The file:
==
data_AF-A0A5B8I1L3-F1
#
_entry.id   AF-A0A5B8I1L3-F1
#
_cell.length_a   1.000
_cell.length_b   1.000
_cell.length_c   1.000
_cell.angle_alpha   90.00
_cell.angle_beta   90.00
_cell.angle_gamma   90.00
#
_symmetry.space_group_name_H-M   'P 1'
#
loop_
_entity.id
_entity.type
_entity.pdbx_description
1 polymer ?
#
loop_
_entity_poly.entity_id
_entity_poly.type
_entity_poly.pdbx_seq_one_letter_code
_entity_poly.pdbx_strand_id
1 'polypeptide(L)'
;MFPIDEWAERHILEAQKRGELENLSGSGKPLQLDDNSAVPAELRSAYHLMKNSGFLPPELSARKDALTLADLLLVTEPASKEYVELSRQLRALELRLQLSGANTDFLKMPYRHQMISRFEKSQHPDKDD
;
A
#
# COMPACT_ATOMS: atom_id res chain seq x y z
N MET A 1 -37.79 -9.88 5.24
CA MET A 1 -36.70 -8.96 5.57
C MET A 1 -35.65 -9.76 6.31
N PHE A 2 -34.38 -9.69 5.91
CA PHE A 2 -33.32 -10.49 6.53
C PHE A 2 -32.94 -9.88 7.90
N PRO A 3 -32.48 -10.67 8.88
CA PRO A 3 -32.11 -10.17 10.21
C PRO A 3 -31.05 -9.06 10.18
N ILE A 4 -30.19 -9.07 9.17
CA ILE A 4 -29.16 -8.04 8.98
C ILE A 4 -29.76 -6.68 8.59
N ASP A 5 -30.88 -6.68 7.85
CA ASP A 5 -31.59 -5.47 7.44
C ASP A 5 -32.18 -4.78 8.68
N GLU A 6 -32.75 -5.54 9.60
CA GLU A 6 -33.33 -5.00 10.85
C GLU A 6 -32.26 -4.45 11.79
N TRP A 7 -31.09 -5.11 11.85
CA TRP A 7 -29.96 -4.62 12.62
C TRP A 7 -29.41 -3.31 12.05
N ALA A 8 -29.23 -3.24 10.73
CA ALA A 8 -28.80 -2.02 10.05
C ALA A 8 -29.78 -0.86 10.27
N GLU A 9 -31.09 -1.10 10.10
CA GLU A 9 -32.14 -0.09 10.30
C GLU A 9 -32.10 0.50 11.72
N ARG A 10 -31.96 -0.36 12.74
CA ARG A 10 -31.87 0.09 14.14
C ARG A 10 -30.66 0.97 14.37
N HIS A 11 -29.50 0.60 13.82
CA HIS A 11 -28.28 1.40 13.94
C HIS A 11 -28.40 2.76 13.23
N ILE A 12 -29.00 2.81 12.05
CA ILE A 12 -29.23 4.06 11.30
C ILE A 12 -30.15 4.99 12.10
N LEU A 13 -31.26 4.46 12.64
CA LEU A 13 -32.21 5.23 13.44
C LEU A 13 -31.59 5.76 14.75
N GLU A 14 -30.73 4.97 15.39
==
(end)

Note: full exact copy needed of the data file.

data_AF-A0A5B8I1L3-F1
#
_entry.id   AF-A0A5B8I1L3-F1
#
_cell.length_a   1.000
_cell.length_b   1.000
_cell.length_c   1.000
_cell.angle_alpha   90.00
_cell.angle_beta   90.00
_cell.angle_gamma   90.00
#
_symmetry.space_group_name_H-M   'P 1'
#
loop_
_entity.id
_entity.type
_entity.pdbx_description
1 polymer ?
#
loop_
_entity_poly.entity_id
_entity_poly.type
_entity_poly.pdbx_seq_one_letter_code
_entity_poly.pdbx_strand_id
1 'polypeptide(L)'
;MFPIDEWAERHILEAQKRGELENLSGSGKPLQLDDNSAVPAELRSAYHLMKNSGFLPPELSARKDALTLADLLLVTEPASKEYVELSRQLRALELRLQLSGANTDFLKMPYRHQMISRFEKSQHPDKDD
;
A
#
# COMPACT_ATOMS: atom_id res chain seq x y z
N MET A 1 -37.79 -9.88 5.24
CA MET A 1 -36.70 -8.96 5.57
C MET A 1 -35.65 -9.76 6.31
N PHE A 2 -34.38 -9.69 5.91
CA PHE A 2 -33.32 -10.49 6.53
C PHE A 2 -32.94 -9.88 7.90
N PRO A 3 -32.48 -10.67 8.88
CA PRO A 3 -32.11 -10.17 10.21
C PRO A 3 -31.05 -9.06 10.18
N ILE A 4 -30.19 -9.07 9.17
CA ILE A 4 -29.16 -8.04 8.98
C ILE A 4 -29.76 -6.68 8.59
N ASP A 5 -30.88 -6.68 7.85
CA ASP A 5 -31.59 -5.47 7.44
C ASP A 5 -32.18 -4.78 8.68
N GLU A 6 -32.75 -5.54 9.60
CA GLU A 6 -33.33 -5.00 10.85
C GLU A 6 -32.26 -4.45 11.79
N TRP A 7 -31.09 -5.11 11.85
CA TRP A 7 -29.96 -4.62 12.62
C TRP A 7 -29.41 -3.31 12.05
N ALA A 8 -29.23 -3.24 10.73
CA ALA A 8 -28.80 -2.02 10.05
C ALA A 8 -29.78 -0.86 10.27
N GLU A 9 -31.09 -1.10 10.10
CA GLU A 9 -32.14 -0.09 10.30
C GLU A 9 -32.10 0.50 11.72
N ARG A 10 -31.96 -0.36 12.74
CA ARG A 10 -31.87 0.09 14.14
C ARG A 10 -30.66 0.97 14.37
N HIS A 11 -29.50 0.60 13.82
CA HIS A 11 -28.28 1.40 13.94
C HIS A 11 -28.40 2.76 13.23
N ILE A 12 -29.00 2.81 12.05
CA ILE A 12 -29.23 4.06 11.30
C ILE A 12 -30.15 4.99 12.10
N LEU A 13 -31.26 4.46 12.64
CA LEU A 13 -32.21 5.23 13.44
C LEU A 13 -31.59 5.76 14.75
N GLU A 14 -30.73 4.97 15.39